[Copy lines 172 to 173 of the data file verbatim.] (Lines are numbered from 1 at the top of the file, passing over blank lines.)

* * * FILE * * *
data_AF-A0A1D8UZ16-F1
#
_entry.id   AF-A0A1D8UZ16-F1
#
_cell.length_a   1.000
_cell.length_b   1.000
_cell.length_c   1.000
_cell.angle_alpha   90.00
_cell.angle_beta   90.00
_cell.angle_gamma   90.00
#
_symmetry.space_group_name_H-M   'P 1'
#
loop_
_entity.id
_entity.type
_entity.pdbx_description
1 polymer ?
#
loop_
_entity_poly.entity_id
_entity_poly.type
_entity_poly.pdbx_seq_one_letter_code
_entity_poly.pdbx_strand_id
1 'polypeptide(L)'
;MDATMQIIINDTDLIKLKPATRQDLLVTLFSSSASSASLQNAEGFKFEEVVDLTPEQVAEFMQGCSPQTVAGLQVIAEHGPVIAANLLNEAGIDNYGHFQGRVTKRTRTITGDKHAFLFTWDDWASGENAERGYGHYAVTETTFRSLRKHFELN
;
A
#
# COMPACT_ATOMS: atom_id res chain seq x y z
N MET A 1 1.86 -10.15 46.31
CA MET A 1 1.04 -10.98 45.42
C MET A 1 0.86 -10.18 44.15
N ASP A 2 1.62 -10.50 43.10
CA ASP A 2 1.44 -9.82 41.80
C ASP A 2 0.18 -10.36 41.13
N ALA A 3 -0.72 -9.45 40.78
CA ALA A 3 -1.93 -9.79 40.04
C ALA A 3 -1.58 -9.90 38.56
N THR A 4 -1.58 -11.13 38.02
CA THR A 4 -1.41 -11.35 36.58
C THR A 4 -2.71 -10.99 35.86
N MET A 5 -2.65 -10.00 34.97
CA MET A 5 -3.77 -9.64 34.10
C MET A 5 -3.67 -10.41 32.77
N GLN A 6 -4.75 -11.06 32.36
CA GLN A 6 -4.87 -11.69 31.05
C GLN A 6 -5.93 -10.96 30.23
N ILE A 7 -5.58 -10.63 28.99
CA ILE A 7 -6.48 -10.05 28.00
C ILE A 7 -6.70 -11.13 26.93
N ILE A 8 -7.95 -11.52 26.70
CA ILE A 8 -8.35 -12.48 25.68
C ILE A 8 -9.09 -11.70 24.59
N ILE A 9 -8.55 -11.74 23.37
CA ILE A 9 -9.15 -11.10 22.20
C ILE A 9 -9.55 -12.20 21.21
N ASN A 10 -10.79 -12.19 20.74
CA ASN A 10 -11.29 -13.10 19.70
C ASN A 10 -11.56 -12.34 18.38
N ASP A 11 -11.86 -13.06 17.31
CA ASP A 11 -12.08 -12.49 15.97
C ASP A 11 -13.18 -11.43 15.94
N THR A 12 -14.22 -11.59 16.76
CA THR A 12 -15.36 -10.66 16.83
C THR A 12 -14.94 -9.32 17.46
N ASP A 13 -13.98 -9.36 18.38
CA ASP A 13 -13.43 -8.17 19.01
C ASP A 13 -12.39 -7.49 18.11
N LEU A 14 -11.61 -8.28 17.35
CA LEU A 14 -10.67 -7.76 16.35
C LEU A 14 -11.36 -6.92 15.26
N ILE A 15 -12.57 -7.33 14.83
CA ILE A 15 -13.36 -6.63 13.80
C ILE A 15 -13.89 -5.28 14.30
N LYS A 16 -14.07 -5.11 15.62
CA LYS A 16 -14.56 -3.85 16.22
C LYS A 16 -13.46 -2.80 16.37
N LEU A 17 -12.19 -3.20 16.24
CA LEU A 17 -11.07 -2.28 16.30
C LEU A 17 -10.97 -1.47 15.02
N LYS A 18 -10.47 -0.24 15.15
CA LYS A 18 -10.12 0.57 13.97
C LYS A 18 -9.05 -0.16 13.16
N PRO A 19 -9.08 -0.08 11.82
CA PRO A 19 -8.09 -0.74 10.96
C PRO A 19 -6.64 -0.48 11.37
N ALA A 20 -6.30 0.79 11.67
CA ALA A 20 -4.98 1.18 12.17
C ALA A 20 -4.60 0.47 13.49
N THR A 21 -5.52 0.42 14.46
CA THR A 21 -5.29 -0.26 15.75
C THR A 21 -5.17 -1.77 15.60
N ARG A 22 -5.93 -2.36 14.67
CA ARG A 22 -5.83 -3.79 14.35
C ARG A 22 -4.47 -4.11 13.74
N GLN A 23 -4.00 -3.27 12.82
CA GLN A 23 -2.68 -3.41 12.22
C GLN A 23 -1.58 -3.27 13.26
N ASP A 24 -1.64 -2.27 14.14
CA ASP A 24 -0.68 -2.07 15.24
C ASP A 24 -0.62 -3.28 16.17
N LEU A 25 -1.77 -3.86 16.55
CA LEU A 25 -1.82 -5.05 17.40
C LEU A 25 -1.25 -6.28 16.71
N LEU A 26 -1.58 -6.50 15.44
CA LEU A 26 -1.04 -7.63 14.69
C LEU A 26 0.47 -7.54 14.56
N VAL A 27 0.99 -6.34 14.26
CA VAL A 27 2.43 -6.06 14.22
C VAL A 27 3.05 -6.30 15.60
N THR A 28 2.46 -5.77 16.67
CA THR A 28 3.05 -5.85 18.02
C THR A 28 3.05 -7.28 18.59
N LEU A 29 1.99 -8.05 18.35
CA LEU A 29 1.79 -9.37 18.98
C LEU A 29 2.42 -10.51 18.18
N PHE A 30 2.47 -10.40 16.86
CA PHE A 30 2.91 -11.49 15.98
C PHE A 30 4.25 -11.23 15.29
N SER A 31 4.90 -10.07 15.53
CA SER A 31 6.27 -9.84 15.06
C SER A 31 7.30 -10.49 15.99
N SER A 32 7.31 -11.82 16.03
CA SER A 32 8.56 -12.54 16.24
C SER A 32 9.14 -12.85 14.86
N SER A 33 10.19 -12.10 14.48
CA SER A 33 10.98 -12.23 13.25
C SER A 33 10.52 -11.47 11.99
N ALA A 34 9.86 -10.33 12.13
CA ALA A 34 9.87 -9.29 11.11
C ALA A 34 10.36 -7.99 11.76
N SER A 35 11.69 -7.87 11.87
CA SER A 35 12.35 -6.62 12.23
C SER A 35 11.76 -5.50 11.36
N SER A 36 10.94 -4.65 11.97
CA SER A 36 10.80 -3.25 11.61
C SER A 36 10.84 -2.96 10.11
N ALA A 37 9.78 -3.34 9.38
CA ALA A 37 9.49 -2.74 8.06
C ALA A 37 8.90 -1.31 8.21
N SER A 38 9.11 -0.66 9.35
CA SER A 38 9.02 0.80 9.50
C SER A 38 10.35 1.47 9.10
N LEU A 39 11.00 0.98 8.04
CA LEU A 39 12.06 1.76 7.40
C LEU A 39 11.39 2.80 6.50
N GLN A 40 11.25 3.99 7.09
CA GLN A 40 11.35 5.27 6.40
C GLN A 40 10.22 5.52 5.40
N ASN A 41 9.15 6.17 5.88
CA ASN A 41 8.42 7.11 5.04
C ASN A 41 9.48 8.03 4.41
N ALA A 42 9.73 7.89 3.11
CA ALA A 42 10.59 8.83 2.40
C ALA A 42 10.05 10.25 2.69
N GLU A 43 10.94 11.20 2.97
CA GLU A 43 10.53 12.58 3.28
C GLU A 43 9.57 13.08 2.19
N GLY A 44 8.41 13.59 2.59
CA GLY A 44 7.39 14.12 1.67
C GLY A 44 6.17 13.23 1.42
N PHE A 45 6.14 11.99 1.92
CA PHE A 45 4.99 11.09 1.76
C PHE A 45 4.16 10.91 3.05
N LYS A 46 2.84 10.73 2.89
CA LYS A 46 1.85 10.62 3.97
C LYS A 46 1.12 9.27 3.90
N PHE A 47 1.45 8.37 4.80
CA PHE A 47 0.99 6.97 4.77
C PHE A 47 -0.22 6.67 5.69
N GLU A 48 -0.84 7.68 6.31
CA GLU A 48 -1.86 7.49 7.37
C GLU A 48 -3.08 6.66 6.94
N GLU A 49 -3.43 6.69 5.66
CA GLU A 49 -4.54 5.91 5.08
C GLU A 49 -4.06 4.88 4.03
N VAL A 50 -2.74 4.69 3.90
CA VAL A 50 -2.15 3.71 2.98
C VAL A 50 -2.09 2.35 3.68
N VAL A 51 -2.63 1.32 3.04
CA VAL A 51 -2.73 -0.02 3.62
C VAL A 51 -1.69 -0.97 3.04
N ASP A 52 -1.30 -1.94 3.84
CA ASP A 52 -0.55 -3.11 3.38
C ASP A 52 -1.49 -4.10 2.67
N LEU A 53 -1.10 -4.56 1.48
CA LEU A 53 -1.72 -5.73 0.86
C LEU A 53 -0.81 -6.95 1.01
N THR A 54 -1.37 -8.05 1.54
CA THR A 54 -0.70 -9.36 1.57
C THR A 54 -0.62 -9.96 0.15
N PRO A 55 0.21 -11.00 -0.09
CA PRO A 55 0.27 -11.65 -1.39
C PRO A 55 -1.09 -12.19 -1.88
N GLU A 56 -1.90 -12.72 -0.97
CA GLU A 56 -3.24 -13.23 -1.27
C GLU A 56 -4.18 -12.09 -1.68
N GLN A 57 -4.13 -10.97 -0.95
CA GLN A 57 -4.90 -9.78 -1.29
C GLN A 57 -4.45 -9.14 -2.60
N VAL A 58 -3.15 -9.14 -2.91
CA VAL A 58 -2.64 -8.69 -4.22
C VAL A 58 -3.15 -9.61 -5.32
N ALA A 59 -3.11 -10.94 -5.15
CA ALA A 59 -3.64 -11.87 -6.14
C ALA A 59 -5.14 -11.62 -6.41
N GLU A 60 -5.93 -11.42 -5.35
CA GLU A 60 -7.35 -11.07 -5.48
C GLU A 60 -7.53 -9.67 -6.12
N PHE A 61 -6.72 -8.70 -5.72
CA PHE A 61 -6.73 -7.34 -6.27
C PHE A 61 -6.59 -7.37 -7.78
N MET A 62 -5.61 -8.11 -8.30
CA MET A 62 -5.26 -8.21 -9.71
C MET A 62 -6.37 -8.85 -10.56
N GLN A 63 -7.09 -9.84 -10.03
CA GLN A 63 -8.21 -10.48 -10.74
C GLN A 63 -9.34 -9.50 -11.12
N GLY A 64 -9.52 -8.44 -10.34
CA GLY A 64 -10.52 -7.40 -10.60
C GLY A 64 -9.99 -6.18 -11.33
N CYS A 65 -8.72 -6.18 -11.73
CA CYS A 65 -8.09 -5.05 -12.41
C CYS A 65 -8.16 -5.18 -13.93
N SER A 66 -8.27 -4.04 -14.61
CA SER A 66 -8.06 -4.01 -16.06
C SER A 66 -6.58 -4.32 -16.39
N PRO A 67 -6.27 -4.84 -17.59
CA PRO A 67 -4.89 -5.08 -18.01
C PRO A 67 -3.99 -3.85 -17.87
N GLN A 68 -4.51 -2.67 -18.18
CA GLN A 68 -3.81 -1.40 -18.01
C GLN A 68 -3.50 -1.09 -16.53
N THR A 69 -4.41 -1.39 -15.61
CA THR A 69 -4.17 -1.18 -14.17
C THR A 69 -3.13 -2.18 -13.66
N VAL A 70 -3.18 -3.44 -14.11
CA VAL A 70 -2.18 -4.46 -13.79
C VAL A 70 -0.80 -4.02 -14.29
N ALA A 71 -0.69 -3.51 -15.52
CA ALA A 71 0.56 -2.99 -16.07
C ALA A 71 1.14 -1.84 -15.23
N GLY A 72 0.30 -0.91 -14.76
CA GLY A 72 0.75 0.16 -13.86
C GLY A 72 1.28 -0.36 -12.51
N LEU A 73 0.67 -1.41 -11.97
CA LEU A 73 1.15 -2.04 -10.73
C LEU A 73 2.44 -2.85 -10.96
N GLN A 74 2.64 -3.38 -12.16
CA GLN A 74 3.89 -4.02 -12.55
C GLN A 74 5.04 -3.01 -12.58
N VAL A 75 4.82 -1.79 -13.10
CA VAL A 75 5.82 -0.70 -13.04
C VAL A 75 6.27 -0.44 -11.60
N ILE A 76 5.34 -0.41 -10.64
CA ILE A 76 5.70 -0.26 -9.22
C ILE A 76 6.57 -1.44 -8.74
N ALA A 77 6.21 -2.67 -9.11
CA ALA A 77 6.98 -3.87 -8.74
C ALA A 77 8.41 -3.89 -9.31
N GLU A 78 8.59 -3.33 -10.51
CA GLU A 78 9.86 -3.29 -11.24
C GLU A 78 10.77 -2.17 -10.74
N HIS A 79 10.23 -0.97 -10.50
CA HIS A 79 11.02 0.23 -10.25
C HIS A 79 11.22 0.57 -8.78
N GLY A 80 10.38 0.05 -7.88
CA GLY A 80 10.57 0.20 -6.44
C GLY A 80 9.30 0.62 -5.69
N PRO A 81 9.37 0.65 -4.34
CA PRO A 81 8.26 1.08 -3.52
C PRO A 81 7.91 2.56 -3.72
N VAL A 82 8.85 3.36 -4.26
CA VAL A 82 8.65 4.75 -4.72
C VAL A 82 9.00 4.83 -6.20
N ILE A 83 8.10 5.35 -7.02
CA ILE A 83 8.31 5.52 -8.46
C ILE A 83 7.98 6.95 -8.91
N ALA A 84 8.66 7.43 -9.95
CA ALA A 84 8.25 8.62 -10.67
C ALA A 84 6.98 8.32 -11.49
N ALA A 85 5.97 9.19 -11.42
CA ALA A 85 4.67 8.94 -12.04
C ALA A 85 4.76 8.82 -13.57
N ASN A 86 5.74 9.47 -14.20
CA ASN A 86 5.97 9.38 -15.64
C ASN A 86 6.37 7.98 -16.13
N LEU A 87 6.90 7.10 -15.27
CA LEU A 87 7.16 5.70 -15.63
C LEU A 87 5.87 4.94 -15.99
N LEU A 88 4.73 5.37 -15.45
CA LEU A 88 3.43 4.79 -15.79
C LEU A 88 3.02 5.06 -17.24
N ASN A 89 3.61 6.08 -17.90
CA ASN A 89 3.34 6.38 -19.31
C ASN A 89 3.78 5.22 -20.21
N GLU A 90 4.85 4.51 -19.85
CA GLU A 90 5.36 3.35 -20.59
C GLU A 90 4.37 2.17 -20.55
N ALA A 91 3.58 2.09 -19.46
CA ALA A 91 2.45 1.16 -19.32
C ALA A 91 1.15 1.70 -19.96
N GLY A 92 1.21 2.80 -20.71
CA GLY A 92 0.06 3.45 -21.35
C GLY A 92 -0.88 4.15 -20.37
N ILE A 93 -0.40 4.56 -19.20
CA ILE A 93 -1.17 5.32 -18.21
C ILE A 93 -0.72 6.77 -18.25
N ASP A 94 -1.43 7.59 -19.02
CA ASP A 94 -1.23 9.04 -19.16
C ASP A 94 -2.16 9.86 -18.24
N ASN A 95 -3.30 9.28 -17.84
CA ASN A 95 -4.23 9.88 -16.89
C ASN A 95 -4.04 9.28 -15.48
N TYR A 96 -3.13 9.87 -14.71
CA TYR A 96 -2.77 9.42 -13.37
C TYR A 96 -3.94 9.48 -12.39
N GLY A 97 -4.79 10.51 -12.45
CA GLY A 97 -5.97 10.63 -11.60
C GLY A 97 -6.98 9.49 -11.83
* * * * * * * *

N GLU A 48 -0.84 7.68 6.31
CA GLU A 48 -1.86 7.49 7.37